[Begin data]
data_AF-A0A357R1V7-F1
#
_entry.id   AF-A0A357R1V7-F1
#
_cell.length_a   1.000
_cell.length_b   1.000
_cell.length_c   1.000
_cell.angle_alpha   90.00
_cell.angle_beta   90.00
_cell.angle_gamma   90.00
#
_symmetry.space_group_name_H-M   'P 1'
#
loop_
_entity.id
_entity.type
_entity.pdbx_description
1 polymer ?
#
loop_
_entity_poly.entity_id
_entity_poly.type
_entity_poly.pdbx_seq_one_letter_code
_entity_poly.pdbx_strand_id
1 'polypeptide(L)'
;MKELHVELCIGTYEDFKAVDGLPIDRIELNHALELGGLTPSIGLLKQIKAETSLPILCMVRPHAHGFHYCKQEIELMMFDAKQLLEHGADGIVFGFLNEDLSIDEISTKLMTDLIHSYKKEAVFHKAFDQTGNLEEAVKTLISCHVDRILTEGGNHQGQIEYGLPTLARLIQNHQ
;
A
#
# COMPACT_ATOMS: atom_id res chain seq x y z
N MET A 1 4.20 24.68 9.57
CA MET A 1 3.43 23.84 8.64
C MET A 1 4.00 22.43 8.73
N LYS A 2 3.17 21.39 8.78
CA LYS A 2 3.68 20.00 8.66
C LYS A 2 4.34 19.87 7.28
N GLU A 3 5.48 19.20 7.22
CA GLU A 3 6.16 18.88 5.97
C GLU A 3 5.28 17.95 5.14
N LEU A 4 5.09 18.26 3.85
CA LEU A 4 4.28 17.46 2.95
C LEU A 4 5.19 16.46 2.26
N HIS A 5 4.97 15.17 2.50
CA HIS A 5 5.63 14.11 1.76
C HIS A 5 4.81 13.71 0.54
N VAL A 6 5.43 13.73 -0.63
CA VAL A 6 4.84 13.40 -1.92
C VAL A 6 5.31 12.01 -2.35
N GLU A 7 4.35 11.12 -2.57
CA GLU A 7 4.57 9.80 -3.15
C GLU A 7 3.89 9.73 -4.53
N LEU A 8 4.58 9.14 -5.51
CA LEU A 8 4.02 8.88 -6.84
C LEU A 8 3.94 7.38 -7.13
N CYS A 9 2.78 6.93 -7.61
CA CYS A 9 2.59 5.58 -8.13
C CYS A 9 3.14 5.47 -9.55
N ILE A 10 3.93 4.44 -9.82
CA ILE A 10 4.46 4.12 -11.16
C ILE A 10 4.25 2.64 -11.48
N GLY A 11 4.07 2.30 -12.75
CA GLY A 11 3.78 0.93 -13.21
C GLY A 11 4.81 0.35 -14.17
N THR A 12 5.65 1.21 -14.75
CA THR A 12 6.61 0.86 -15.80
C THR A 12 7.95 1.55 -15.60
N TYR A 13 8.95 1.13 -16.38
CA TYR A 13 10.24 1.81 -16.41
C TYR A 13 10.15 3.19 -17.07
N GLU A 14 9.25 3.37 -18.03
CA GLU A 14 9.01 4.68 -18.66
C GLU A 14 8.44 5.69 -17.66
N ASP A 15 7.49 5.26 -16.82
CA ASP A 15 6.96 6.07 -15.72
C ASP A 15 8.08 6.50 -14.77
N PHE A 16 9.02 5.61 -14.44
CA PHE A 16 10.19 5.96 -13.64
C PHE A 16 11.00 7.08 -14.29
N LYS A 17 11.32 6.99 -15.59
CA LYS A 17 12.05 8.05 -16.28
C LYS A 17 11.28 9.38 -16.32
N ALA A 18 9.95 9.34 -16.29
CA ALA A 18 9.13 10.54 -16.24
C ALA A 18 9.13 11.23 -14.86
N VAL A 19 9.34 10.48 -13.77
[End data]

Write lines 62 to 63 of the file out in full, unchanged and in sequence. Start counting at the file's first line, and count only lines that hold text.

CA GLY A 11 3.78 0.93 -13.21
C GLY A 11 4.81 0.35 -14.17